Treasury Delivers Monthly CPP Report

Posted by Orb Staff on May 19, 2009 No Comments
Categories : Residential Mortgage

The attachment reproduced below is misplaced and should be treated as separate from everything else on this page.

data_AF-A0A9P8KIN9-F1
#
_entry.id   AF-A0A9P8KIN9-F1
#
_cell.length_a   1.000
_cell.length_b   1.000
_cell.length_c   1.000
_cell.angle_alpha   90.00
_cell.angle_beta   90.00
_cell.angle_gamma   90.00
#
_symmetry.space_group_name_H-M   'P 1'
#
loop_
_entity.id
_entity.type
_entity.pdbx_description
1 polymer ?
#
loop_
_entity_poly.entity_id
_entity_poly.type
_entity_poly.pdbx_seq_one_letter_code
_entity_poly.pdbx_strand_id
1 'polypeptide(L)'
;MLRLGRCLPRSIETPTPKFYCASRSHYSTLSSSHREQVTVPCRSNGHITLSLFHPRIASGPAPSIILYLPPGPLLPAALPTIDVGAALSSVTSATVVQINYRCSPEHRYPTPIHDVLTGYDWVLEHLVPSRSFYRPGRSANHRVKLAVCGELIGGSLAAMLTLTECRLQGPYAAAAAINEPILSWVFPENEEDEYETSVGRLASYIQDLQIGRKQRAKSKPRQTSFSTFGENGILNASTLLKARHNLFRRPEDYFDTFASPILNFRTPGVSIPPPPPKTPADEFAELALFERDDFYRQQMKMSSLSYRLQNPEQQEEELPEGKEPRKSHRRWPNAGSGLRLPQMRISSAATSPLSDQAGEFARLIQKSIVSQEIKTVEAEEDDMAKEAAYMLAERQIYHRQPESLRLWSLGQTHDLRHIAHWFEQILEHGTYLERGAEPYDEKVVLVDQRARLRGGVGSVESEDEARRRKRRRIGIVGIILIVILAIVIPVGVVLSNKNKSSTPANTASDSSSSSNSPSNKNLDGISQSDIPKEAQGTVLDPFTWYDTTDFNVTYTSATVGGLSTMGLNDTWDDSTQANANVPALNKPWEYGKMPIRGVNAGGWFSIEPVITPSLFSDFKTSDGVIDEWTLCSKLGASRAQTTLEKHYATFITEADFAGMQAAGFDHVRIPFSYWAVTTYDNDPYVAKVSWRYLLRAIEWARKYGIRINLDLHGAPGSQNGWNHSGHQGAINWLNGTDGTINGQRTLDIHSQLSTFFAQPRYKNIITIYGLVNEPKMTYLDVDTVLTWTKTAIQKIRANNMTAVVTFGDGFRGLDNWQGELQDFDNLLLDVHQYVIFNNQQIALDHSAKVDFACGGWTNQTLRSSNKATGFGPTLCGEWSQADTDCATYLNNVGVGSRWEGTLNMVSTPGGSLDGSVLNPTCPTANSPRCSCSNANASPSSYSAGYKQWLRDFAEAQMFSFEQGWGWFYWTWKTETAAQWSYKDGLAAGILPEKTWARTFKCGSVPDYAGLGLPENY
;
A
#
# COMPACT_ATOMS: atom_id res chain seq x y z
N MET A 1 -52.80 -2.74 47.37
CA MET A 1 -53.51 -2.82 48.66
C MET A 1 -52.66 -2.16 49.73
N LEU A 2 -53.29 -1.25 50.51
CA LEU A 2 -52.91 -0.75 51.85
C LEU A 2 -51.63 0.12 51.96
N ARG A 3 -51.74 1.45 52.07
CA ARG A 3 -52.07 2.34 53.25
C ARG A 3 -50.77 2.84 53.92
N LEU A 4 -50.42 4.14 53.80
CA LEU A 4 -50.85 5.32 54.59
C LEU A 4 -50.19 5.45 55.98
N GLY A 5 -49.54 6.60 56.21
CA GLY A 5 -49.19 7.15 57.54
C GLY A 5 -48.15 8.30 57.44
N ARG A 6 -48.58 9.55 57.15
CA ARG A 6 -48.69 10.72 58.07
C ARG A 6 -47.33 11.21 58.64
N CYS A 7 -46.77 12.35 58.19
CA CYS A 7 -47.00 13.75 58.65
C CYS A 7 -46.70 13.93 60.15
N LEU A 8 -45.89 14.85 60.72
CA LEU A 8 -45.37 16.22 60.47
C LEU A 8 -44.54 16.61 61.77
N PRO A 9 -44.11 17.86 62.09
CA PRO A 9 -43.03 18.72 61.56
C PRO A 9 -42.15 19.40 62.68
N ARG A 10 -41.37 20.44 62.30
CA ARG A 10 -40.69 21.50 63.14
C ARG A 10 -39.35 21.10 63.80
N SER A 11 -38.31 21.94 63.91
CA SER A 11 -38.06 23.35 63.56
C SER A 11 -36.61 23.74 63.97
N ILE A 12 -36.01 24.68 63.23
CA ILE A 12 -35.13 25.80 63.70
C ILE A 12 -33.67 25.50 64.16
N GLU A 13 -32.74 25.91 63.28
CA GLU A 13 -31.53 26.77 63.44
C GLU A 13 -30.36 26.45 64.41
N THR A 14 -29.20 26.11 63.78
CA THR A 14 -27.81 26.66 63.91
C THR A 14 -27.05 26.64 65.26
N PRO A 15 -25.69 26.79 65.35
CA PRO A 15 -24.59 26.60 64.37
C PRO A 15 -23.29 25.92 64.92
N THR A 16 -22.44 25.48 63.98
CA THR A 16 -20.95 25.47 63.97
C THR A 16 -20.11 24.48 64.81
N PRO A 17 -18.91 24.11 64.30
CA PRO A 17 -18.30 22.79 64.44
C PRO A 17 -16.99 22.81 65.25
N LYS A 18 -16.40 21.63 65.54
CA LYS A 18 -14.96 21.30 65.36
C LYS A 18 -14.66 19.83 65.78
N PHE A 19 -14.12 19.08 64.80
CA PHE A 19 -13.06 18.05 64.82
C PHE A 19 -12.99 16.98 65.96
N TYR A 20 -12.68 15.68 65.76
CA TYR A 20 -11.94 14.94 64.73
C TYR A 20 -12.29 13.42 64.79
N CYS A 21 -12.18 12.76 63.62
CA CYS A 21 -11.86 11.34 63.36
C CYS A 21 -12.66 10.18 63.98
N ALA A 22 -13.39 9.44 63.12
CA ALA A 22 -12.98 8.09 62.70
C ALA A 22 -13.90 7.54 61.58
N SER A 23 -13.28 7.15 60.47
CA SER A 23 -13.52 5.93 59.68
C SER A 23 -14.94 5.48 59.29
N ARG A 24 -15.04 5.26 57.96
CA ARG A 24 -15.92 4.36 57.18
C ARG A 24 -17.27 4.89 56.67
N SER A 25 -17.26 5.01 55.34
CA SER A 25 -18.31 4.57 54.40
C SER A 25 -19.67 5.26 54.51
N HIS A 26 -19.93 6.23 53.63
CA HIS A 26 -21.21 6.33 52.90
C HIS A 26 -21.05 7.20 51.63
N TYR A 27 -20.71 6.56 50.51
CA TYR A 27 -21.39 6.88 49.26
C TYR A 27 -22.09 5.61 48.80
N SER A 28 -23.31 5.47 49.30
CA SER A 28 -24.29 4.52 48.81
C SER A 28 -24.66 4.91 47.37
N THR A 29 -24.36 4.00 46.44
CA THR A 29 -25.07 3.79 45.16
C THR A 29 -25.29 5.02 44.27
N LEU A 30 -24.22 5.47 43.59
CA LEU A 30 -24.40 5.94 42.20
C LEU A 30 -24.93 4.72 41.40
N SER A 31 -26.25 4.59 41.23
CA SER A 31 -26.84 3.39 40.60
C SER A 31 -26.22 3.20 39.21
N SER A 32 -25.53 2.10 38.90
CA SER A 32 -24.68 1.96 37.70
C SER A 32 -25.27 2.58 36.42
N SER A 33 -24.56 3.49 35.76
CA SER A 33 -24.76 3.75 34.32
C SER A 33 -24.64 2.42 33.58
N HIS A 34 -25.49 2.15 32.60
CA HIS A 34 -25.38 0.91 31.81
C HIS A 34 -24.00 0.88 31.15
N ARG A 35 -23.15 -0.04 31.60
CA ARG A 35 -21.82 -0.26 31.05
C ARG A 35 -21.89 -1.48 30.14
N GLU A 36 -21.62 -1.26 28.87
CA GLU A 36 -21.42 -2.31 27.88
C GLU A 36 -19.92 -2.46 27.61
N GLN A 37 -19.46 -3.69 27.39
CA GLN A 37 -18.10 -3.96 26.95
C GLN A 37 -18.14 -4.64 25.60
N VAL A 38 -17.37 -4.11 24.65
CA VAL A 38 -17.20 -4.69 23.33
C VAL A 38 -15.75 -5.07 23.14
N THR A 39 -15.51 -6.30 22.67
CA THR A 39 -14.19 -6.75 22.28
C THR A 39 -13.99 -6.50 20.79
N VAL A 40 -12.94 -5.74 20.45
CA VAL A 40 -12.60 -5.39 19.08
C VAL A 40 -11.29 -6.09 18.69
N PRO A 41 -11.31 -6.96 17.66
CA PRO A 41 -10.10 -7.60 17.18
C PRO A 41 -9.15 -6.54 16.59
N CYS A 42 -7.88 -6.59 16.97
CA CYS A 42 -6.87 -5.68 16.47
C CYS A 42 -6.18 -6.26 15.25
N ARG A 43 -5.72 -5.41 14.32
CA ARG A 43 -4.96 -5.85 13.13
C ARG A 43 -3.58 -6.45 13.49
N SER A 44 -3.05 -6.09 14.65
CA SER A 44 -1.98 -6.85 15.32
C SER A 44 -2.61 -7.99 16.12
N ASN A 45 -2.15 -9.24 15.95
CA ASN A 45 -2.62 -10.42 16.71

lance sheets belonging to the top recipients of Capital Purchase Program investment continued to contract in March, according to the Treasury Department's monthly bank lending survey. The survey shows that outstanding loan balances at the top 21 recipient banks slipped 1% in March, and originations rose by 27%. The results came amidst the ongoing contraction of the economy, the Treasury says, noting that real GDP fell a sharp 6.1% at an annual rate, with particular weakness in spending on business inventories and plant and equipment. Total employment fell more than 700,000 per month in the first quarter, compared to an average monthly job loss of about 550,000 in the fourth quarter of 2008. On the flip side, the pace of the home building decline slowed, mortgage rates moved lower, and consumer spending and confidence grew slightly. Additionally, securitization has accelerated; almost $11 billion in new asset-backed securities were issued in March, compared to about half that amount in the previous two months combined. The survey results presented here show that loans to consumers held on banks' balance sheets in three categories – first-lien mortgages, home equity lines of credit and other consumer loans – all increased in March. However, increases in first-lien mortgages and other consumer loans were smaller than they were in February. Outstanding credit card balances held by major banks continued to fall, and were down 2% in March. In addition, total used and unused commitments for both credit cards and home equity lines of credit fell again in March, as they have for every month of this survey. In the commercial real estate (CRE) sector, the survey results for March point to continuing poor market conditions and general caution by businesses, as was also reported in the February survey. While CRE loan balances at these 21 banks were up slightly, banks reported that demand for CRE loans remained well below normal levels, as businesses are focusing on strengthening their balance sheets, reserving for future losses and downsizing. In addition, this general lower level of demand for new loans reflected a surplus in the market, as the supply of office space has increased due to firms' downsizing and office vacancies rising. SOURCE: Treasury Dep

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